Today we’re having a chat with Maria Jose Sales, Soloist at Barcelona Ballet. Maria trained in Valencia, Spain, before moving to England to take classes at English National Ballet School. After graduating, she danced principal roles with the Santamaria Compañia de Danza in Spain for 2 years before heading back to the UK to expand her classical repertoire with the renowned English National Ballet.
Maria tells us more about her story and how Spanish people need to fight to keep ballet a part of their culture.
Maria Jose Sales. Photo: Patrick Baldwin
Hi Maria! Thank you for taking the time to answer our questions. We’d love to know more about your passion for ballet. Where is it coming from?
MJS: My passion for ballet started when I was 11 years old. At the age of 7, I was seeing ballet more as a hobby than something that I could actually live off. But later on, when I started watching ballet videos of Barishnikov and Harvey, Don Quixote…etc., I realised that I wanted to be a ballet dancer. I love to play different roles, take the audience to a different world and make them forget real life for a moment.
Can you talk us through some of the differences between the training you received at the Valencia Center of Dance with Mari Cruz Alcalá and at the English National Ballet School with Alicia Markova?
MJS: If you want to be a professional dancer you have to go abroad. When I was at the Conservatoire of Dance and RAD, I was taking one ballet class a day of about 1hour 30 minutes. Then I had music, A level dance…etc. I graduated when I was 13 years old with the superior title of Choreographer and Classical Ballet Technique but this wasn’t good enough to join a company. Mari Cruz Alcala decided that it would be a good idea to do an exchange with Russian ballet dancers so we could see how ballet worked elsewhere. A group of students from our school went to Moscow. That was hard! The kids there were amazing! I told my parents that I didn´t want to keep studying on the side so my teacher at that moment - Ana Maria Campos - organized an audition for ENB school. When I joined, I was so impressed; the students had pas de deux classes, tap, pointe work, 2 hours classes, contemporary, character, A-level art, notation... we started at 8:20 a.m and finished at 7p.m every day. There were only 9 students in my year so you could not hide from the teachers! We had the chance to see the company classes every morning in between classes. In a way it was motivating but the whole thing was really exhausting. It was the first time I was living on my own and on top of that I didn´t speak a word of English! Hopefully with the new school that Angel Corella is opening in Barcelona, the new generation of children that want to be ballet dancers won’t have to go abroad and that will make it a bit easier for them.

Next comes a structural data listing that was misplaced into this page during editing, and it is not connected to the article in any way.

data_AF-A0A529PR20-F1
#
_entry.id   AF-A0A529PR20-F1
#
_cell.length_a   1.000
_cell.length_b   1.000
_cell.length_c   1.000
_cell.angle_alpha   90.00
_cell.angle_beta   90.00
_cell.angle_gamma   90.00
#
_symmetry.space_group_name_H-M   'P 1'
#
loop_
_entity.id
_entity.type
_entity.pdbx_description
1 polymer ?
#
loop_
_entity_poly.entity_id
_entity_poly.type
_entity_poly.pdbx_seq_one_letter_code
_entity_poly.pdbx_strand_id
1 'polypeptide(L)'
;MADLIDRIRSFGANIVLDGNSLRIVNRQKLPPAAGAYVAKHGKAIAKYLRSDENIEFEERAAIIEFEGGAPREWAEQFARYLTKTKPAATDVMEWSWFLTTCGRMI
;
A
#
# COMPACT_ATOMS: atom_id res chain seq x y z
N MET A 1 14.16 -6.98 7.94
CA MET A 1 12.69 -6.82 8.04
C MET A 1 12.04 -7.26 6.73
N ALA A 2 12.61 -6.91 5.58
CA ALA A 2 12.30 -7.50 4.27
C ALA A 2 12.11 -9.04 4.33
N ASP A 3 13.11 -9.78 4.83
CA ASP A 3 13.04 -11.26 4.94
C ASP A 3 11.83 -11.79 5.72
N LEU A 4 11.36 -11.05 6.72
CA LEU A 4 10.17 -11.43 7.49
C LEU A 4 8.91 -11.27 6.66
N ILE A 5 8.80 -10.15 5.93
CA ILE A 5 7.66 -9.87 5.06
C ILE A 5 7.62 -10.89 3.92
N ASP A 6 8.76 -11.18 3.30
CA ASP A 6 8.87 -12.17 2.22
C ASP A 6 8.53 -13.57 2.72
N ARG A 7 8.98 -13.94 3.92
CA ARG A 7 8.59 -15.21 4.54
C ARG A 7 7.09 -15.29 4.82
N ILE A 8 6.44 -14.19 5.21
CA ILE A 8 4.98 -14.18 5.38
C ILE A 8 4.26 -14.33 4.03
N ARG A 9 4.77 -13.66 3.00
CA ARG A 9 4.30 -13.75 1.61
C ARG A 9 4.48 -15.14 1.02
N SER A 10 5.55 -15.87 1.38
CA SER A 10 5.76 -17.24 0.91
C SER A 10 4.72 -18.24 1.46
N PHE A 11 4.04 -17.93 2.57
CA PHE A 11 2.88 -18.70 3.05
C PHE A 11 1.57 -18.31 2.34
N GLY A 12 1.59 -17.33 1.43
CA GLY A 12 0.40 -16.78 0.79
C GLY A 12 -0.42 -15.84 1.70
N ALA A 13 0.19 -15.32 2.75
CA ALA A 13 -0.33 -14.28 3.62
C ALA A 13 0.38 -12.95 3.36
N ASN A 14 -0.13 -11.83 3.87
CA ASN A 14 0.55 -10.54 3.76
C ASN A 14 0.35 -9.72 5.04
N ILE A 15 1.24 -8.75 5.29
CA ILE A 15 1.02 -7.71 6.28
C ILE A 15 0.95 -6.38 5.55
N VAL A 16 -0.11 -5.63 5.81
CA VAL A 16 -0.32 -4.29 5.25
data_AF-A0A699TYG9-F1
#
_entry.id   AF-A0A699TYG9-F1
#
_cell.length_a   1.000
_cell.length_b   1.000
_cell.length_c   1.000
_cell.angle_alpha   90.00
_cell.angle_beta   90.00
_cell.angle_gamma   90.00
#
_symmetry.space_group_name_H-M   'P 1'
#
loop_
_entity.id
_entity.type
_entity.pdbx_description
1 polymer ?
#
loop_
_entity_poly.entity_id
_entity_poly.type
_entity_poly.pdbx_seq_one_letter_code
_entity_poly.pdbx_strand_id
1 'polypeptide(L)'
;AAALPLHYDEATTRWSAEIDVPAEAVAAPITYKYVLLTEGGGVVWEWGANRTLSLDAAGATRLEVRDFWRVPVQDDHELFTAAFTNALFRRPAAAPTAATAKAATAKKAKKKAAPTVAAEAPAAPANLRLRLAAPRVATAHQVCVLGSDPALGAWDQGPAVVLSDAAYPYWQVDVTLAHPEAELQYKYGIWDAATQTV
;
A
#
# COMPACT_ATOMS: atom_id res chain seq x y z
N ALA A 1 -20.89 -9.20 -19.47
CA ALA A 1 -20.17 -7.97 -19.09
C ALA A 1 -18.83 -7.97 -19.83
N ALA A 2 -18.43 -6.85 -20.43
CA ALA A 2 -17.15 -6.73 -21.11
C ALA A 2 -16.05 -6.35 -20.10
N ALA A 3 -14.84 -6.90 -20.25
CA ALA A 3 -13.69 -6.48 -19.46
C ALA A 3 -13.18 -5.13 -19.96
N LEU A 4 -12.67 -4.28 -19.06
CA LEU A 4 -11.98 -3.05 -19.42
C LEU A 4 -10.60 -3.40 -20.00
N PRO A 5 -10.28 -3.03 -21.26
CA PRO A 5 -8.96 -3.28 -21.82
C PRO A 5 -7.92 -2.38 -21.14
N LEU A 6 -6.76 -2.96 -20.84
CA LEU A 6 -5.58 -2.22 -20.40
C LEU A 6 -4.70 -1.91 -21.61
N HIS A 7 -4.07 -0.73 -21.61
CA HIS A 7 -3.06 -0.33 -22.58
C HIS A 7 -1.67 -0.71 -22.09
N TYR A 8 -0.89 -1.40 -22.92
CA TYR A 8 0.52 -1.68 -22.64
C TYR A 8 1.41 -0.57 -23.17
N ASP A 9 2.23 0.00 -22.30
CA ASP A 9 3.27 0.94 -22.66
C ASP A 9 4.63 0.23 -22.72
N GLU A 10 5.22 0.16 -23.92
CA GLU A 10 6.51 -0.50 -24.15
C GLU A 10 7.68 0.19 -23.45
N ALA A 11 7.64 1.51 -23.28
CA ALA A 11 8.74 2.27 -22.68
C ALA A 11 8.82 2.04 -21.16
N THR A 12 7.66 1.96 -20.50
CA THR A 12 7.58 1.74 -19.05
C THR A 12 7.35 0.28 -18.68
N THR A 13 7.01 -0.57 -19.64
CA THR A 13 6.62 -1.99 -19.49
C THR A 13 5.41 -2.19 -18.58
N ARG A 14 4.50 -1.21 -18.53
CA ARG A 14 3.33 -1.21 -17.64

What was the best piece of advice your teachers gave you and that you’d like to share with the new generation?
MJS: If you don´t believe in yourself, no one will believe in you. I was very shy when I first starting dancing so my teachers kept telling me to believe in myself.
Prior to joining English National Ballet, you worked for 2 years with Juan Carlos Santamaria, dancing his entire repertoire. Which ballets and roles did you enjoy the most?
MJS: When I graduated from ENB School, they offered me to stay three more months at the school and then join the company. So I was one of the lucky girls that got to perform with ENB while still being at the school. Unfortunately I had to keep paying and it was too much money. Also it wasn’t clear to me whether or not I wanted to live there and be a part of this world; it is very competitive and I´m not like that. I like to enjoy what I’m doing and learn from others but I hate competing. So I went back to Spain and gave up ballet for a year! I finished my studies while taking ballet classes in Madrid. Juan Carlos Santamaria got in touch with me as he needed a girl to play the role of Clara in his Nutcracker tour. I joined his company and I loved it. Juan focuses on emotions in all his ballets. They’re essential to the dancing. I like his entire repertoire really but Sonidos and Lágrimas were my favourite ones. He was the push that I needed to complete my learning about ballet. I had the technique from England and the feelings to play roles from J.C Santamaria.
You even had a role created for you: “Aariko” pas de deux. Can you tell us more about it?
MJS: It was about the mistreatment of women. It’s really hard to play a role when you don´t understand why people do that. How can these women stay with this kind of person? I had to watch movies about it, to pass on to the audience the feelings I had when I saw these movies. I didn’t want the audience to clap at the end of the pas de deux so that they got my message! I was really impressed the day that I danced it for the first time: there was a huge silence at the end and little by little you started hearing one clap and another one and then everyone. I had made it!! That was a big experience for me.